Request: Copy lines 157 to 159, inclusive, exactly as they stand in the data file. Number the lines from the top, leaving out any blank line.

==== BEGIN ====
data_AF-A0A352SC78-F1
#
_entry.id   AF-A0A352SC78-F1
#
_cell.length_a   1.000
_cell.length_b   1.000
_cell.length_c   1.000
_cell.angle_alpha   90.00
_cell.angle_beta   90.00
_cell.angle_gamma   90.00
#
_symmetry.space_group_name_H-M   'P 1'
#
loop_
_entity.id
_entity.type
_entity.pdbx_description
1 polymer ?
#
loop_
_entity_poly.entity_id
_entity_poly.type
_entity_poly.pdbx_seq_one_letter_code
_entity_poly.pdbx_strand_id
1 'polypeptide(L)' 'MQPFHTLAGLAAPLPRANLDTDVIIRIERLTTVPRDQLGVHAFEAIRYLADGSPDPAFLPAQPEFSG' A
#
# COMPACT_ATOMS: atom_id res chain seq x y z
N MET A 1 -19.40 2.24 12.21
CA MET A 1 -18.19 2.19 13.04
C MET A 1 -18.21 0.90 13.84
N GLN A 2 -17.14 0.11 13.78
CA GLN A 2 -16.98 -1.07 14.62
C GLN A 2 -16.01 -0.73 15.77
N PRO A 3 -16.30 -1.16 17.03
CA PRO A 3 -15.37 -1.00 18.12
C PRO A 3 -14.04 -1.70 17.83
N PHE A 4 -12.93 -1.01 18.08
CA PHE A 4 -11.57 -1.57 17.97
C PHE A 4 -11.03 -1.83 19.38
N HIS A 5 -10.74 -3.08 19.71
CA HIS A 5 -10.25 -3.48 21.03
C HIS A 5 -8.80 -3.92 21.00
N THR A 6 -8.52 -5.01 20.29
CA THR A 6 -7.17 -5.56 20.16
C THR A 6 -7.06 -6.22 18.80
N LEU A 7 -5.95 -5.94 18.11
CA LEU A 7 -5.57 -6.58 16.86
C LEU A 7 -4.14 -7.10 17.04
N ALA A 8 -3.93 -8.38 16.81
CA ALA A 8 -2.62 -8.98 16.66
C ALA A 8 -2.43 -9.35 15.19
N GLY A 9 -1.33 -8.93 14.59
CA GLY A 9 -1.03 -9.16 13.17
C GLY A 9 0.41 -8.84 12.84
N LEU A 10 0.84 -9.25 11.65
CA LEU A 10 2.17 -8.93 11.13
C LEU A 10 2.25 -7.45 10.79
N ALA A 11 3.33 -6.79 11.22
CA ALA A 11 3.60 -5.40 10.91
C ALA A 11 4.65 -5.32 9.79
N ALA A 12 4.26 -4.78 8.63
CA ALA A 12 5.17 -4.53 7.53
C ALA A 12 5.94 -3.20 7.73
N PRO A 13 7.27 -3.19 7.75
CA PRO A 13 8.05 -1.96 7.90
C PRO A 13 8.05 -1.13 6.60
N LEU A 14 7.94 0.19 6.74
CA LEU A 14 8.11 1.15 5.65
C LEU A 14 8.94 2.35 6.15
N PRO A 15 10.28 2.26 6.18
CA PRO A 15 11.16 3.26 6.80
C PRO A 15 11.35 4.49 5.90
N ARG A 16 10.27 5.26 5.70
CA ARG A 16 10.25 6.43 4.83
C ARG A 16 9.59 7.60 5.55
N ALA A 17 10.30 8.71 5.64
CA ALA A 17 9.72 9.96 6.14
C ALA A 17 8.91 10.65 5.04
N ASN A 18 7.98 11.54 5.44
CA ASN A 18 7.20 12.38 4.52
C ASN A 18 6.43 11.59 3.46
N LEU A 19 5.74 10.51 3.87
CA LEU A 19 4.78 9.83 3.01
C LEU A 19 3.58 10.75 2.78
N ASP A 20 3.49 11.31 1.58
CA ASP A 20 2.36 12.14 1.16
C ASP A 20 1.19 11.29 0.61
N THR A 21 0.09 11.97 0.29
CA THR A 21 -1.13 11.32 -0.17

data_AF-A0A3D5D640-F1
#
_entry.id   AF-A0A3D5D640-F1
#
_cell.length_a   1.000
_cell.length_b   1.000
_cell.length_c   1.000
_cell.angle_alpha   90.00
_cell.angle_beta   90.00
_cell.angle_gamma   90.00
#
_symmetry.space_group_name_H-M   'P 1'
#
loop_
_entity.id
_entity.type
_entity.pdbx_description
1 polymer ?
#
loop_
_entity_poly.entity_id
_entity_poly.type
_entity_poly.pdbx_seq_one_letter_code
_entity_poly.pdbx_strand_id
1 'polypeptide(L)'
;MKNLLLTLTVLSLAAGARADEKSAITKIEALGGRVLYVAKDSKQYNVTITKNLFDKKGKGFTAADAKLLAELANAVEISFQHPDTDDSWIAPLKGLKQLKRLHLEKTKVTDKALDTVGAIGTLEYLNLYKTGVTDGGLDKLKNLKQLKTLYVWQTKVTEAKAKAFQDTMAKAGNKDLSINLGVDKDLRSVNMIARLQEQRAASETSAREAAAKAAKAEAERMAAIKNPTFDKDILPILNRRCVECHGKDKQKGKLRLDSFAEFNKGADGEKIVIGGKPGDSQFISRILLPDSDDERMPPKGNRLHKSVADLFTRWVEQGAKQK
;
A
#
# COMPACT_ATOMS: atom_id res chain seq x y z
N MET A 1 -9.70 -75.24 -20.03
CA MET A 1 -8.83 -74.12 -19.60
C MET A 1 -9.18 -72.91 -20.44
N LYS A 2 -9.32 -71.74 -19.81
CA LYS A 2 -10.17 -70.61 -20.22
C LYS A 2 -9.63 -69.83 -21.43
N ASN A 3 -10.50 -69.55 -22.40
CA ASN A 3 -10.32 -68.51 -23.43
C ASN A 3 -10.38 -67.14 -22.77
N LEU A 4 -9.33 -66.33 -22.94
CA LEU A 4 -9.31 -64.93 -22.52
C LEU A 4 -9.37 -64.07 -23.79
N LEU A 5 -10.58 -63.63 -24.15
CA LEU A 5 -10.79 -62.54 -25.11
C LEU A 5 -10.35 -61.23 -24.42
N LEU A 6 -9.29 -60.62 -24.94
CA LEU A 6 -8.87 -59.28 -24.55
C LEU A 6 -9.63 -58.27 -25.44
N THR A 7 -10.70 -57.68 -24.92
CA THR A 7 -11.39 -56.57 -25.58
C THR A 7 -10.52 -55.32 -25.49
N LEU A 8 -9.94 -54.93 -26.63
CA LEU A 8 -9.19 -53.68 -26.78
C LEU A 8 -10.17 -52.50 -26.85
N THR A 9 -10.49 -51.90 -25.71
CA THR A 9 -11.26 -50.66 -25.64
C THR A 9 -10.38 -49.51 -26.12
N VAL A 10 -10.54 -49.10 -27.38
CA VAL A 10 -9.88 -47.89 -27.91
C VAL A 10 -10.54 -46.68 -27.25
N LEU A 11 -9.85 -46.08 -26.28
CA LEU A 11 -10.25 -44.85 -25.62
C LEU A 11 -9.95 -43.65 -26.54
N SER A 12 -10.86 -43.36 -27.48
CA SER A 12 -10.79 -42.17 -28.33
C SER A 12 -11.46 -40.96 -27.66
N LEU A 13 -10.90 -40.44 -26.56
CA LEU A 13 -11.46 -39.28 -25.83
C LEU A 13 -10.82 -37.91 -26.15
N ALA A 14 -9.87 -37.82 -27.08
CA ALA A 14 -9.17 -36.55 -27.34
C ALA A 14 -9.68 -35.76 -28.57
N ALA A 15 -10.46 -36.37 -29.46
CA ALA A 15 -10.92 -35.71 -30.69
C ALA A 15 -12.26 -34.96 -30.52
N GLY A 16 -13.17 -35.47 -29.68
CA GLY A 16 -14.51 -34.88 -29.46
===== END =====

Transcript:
CA LEU A 13 -11.46 -39.28 -25.83
C LEU A 13 -10.82 -37.91 -26.15
N ALA A 14 -9.87 -37.82 -27.08